Now came a longer lull. But this meant, not rest, but thought and action. First, it was to gather our wounded, and bear them…for saving life, or peace in dying….”[ii]
The fighting surged again, as the Alabamians continued their attacks. Finally, out of ammunition, Chamberlain contemplated a bayonet charge. As he prepared to give the orders “brave, warm-hearted Lieutenant Melcher, of the Color Company, whose Captain and nearly half of his men were down, came up [to me] and asked if he might take his company and go forward and pick up one or two of his men left wounded on the field, and bring them in before the enemy got too near.” Chamberlain admired the lieutenant’s courage, replying, “Yes, sir, in a moment! I am about to order a charge.”[iii]
Down the slope the Alabamians had lost heavily, and Oates claimed he prepared to retreat, describing the scene:
“With a withering and deadly fire pouring in upon us from every direction, it seemed that the regiment was doomed to destruction. While one man was shot in the face, his right-hand or left-hand comrade was shot in the side or back…. My dead and wounded were then nearly as great in number as those still on duty. They literally covered the ground. The blood stood in puddles in some places on the rocks; the ground was soaked with the blood of as brave men as ever fell on the red field of battle.”[iv]
Across that slippery slope of battle, Chamberlain and the 20th Maine made their famous charge, pushing the Confederates into retreat and taking many prisoners. Colonel Oates escaped capture, but the regiment that answered his roll call later that afternoon was about half-strength. “When the battle commenced, four hours previously, mine was the strongest and finest regiment in Hood’s division. Its effectives numbered about five hundred officers and men. Now two hundred and twenty-three enlisted men answered at roll-call, and more than one-half of the officers had been left on the field – only nineteen answered to their names.” A few men and officers would reappear after escapes later that evening or recovery from heat related illness.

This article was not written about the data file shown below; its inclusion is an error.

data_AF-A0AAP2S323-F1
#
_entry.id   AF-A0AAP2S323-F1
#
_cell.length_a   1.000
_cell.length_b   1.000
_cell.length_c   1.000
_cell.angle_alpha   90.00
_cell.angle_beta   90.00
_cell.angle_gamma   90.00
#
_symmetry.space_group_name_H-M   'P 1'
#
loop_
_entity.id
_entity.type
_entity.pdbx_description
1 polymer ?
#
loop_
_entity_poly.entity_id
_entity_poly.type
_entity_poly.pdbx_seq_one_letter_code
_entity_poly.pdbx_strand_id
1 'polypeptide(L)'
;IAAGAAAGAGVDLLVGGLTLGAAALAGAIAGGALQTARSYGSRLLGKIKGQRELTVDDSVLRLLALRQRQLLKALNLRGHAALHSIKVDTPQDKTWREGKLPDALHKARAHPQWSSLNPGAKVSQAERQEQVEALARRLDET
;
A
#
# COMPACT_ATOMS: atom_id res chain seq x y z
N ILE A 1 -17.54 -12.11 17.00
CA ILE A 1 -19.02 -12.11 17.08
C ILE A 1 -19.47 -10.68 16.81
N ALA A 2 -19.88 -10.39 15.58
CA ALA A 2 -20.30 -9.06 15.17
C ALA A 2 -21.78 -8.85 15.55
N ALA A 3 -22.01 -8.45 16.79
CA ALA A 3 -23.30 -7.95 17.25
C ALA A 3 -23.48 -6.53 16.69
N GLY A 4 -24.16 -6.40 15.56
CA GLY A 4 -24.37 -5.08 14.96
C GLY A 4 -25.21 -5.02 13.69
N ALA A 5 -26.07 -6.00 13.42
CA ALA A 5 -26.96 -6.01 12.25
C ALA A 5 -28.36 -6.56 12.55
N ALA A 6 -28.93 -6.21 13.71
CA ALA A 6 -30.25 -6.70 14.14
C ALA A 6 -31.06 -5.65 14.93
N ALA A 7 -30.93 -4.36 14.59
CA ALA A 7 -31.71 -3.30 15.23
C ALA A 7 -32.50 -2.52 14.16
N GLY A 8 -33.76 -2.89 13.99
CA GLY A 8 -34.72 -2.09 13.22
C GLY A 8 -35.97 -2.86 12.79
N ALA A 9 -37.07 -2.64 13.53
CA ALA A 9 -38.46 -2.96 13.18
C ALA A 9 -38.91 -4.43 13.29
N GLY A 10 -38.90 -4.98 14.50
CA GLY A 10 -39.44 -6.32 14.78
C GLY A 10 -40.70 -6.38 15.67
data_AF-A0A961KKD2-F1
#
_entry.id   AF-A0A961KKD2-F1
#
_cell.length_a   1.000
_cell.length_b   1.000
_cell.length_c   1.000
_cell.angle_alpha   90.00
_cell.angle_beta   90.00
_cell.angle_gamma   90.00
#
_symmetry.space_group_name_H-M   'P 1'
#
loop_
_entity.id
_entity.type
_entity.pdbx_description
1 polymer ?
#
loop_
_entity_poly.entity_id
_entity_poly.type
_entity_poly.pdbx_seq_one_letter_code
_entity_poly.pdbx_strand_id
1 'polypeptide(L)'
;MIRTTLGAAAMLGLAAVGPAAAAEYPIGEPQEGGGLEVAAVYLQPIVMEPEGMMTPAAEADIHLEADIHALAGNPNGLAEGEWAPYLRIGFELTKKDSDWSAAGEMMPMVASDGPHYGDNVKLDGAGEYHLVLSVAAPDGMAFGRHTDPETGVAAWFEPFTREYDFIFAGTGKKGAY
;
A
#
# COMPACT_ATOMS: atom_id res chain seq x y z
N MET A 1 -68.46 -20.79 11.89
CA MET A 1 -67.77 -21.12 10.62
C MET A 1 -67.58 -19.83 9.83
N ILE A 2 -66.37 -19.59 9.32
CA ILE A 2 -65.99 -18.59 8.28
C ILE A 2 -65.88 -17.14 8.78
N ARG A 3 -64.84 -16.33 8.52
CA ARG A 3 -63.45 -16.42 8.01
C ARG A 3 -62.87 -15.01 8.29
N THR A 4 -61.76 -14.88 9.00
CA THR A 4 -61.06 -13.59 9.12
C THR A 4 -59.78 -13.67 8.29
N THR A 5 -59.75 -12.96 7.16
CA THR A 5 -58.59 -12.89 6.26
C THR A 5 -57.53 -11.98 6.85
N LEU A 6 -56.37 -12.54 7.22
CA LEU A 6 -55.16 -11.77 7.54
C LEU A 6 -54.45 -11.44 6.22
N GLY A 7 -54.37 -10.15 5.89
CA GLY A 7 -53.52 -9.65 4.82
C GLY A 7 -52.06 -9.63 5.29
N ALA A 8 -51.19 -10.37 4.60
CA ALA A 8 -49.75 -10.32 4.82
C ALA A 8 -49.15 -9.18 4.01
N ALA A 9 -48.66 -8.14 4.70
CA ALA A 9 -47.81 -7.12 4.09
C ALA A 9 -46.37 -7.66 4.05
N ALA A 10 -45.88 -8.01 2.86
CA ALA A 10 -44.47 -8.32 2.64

Just as soldiers from the 20th Maine rescued their comrades, a few men from the 5th Alabama “voluntarily went back across the mountain, and in the darkness penetrated the Federal lines, for the purpose of removing some of our wounded. They reached the scene and started out with some of our wounded. They reached the scene and started out, but were discovered and shot at by the Federal pickets, and had in consequence to leave the wounded, but succeeded in getting back to the regiment….”[v] The attempt failed, but reflected that soldierly desire to know the fate of comrades, bring their injured to medical aid, or be with a dying friend.
It is interesting to note that both Alabama soldiers and troops from Maine attempted to the do the same thing: rescue their wounded. Perhaps it can be seen as a desire and action that went beyond military necessity and reached a glimpse of humanity into the relentless combat. It certainly illustrates the consciousness of soldiers to their wounded comrades’ situations and the strong desire to provide aid to their messmates, friends, or family who had fallen in combat. The fight to protect the wounded and the midnight adventure to try to bring aid and rescue is an underlying story in the left flank fight for Little Round Top and offers a chance to remember that these soldiers cared deeply both about the outcome of their fight and about their fallen friends.
[i] William C. Oates, The War Between the Union and the Confederacy (1905), page 218.
[ii] Joshua L. Chamberlain, Through Blood & Fire at Gettysburg: My Experiences with the 20th Maine Regiment on Little Round Top, (Gettysburg: Stan Clark Military Books, 1994).
[iv] William C. Oates, The War Between the Union and the Confederacy (1905), page 220
[v] William C. Oates, The War Between the Union and the Confederacy (1905), page 225-226.